Deputy Electoral Commissioner David Gully chatted to Alan Hickey on the FiveAA afternoons show about election preparations and being ready to go for polling day. Pre-poll voting records was the story of the day with around one hundred and twenty thousand pre-poll votes expected by the afternoon. David estimates well over three hundred thousand declaration votes will be cast for this election when considering the ninety-five thousand postal votes already issued and an expected one hundred thousand absentee declaration votes on polling day. David explains the timeframes for counting the votes and how results will be received and updated from Election Night right through to the following weekend when the last postal votes can be received, seven days after polling day. Alan asks about how voters should fill-in their ballot papers to make sure they count. Caller Sharyn recounts a problem with her father not being able to vote on the previous day, at a pre-poll centre, and David arranged to assist her to ensure her father gets to “put his vote where his voice is!”. Caller Shirley was disappointed to hear that her husband’s understanding that voting is compulsory for all electors was correct and that her understanding that people over 90 years of age didn’t have to, was not. Caller Anthony asked about how his daughter, who would be working on Saturday as a nurse, could vote and David was able to use the ECSA Website to immediately find the polling booth at Flinders Medical Centre where Anthony’s daughter would be working. Finally, David highlighted the benefit of taking your EasyVote Card or your downloaded Easyvote Card App to the polling booth when you vote to speed up the process of being marked off the roll.

16 March 2018



Deputy Electoral Commissioner David Gully joined David Bevan, host of the ABC 891 Mornings program, to take a few calls from listeners and chat about various electoral processes, such as compulsory voting and how and where to vote if you’ve recently moved or working on polling day. David also details how to fill-in your House of Assembly ballot paper and explains the changes to the method of voting for the Legislative Council and the two methods of completing that ballot paper. A caller asks why we provide pencils at polling booths rather than pens and David describes how ballot papers would not be altered as they are in the presence of scrutineers whenever counted and how they are kept securely by polling officials at all times. Finally, David explains why pre-poll votes are not counted on the night of the election as they need to be returned from all of the dozens of issuing centres back to each of the District Returning Officers before they can be counted – this takes a couple of days. Added to hundred thousand plus pre-poll votes, there are nearly another hundred thousand postal votes to be returned, and these can come back for up to 7 days after polling day.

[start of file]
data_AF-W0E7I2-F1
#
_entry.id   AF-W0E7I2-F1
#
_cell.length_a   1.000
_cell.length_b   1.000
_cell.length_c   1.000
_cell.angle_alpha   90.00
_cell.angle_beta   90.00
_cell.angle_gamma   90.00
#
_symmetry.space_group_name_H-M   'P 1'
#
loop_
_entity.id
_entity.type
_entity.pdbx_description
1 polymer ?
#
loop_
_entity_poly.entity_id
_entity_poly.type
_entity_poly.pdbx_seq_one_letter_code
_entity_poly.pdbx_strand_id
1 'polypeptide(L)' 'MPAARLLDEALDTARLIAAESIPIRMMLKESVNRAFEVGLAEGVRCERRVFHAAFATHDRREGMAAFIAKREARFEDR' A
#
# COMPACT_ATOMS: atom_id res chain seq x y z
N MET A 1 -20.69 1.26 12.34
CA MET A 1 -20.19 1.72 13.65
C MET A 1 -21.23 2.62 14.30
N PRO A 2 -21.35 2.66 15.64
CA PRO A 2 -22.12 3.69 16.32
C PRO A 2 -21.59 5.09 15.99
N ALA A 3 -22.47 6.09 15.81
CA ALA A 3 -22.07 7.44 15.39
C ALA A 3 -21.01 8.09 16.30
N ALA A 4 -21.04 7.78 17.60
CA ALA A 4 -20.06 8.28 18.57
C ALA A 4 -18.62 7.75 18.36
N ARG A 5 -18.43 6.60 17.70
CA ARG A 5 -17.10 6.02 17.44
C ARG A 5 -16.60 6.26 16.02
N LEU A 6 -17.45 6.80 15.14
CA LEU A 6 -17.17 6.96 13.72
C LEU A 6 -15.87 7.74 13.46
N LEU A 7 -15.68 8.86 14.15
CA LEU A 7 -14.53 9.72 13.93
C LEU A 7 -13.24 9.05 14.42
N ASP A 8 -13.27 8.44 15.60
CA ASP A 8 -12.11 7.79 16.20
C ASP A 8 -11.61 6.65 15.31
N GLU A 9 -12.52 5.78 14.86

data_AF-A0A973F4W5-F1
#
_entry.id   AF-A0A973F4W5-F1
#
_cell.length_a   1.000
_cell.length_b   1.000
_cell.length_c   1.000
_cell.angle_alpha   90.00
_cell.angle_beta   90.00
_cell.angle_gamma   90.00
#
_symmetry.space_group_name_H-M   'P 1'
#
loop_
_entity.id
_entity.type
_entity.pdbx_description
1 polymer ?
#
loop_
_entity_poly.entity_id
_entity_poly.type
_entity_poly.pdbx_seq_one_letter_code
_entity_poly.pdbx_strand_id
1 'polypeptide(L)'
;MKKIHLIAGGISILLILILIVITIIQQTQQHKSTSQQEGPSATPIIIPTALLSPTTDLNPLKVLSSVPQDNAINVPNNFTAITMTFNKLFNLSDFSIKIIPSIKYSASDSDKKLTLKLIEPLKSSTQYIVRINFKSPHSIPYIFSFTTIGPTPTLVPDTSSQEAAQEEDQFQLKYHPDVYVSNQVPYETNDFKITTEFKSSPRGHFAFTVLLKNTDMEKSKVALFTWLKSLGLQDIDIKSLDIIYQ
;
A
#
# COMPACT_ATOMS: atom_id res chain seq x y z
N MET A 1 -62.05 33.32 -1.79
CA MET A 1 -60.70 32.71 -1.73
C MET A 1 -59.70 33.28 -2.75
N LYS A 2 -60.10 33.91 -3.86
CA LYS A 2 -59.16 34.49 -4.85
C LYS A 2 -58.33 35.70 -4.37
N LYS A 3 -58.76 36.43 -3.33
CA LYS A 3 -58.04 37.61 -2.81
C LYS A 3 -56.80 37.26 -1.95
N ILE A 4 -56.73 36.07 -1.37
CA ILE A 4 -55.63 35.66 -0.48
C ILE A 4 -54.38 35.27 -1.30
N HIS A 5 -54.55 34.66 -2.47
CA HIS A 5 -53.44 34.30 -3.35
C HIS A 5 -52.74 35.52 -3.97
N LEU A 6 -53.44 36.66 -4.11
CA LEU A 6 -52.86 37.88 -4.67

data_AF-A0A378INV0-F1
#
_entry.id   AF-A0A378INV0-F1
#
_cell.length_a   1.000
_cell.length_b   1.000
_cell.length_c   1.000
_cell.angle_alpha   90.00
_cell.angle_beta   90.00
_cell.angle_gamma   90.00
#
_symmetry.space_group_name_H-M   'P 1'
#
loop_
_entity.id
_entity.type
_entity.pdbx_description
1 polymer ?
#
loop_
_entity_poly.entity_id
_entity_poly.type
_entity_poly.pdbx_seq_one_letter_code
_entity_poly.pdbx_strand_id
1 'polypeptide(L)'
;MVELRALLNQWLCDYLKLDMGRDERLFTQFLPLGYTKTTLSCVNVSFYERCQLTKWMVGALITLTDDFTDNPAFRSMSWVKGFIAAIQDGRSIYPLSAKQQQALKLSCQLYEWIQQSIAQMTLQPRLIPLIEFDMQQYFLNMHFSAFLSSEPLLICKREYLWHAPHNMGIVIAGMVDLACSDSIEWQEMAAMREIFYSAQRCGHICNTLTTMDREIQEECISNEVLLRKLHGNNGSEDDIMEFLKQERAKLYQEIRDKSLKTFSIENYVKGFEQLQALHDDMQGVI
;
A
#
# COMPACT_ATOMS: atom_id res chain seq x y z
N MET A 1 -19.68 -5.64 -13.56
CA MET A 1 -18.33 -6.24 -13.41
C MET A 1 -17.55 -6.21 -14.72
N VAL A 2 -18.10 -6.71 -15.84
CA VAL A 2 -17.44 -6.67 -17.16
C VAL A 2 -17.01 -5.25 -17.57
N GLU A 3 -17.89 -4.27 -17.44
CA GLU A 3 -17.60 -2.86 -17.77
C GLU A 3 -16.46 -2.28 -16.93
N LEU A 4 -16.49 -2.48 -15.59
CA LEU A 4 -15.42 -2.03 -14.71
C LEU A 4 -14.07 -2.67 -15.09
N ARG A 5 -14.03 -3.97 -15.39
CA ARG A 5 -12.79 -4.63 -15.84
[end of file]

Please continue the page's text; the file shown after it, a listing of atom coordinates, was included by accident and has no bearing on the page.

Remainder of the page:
15 March 2018



Deputy Electoral Commissioner David Gully spoke to Ali Clarke on the ABC 891 Breakfast program to explain the process around election complaints and how a person must not distribute election material that does not comply with, or which is breach of, the Electoral Act. David also covered when parties and candidates can advertise and 48 hour blackout restrictions on television and radio broadcasts under the federal communications law.

7 March 2018



Listen to Peter Greco and Phil Van der Perre from the Vision Australia Radio Adelaide program talk about Phil’s experience voting for the South Australian State Election using VoteAssist at the Royal Society for the Blind’s Head Office in Pirie Street. Phil gives a personal account on his experience voting unassisted for the first time. Phil rates VoteAssist as a 9/10 for useability and recounts how he was able to vote in 15 minutes and how simple the system is to use.

7 March 2018



Listen to Peter Greco and Phil Van der Perre from the Vision Australia Radio Adelaide program talk about Phil’s experience voting for the South Australian State Election using VoteAssist at the Royal Society for the Blind’s Head Office in Pirie Street. Phil gives a personal account on his experience voting unassisted for the first time. Phil rates VoteAssist as a 9/10 for useability and recounts how he was able to vote in 15 minutes and how simple the system is to use.

7 March 2018



Listen to Peter Greco and Phil Van der Perre from the Vision Australia Radio Adelaide program talk about Phil’s experience voting for the South Australian State Election using VoteAssist at the Royal Society for the Blind’s Head Office in Pirie Street. Phil gives a personal account on his experience voting unassisted for the first time. Phil rates VoteAssist as a 9/10 for useability and recounts how he was able to vote in 15 minutes and how simple the system is to use.

2 March 2018



Deputy Electoral Commissioner David Gully joined David Bevan on ABC 891 to discuss voting options for electors who might be remote or travelling interstate or overseas and how they might vote before polling day, by post or visiting a pre-poll centre.

28 February 2018



Deputy Electoral Commissioner David Gully was invited into the studios of ABC 891 to speak with Peter Goers about all things relating to the upcoming State Election. Topics covered enrolment activity and growth, number of candidates nominating, changes to electoral district boundaries, how to find information on where you are enrolled and where to vote, both on polling day and prior to the day if you’re not able to get to a booth. David also provided further information on the EasyVote Card App , assisted voting for Blind and Vision Impaired electors and interesting facts on the number of polling booths and staff employed to ensure everyone gets to vote.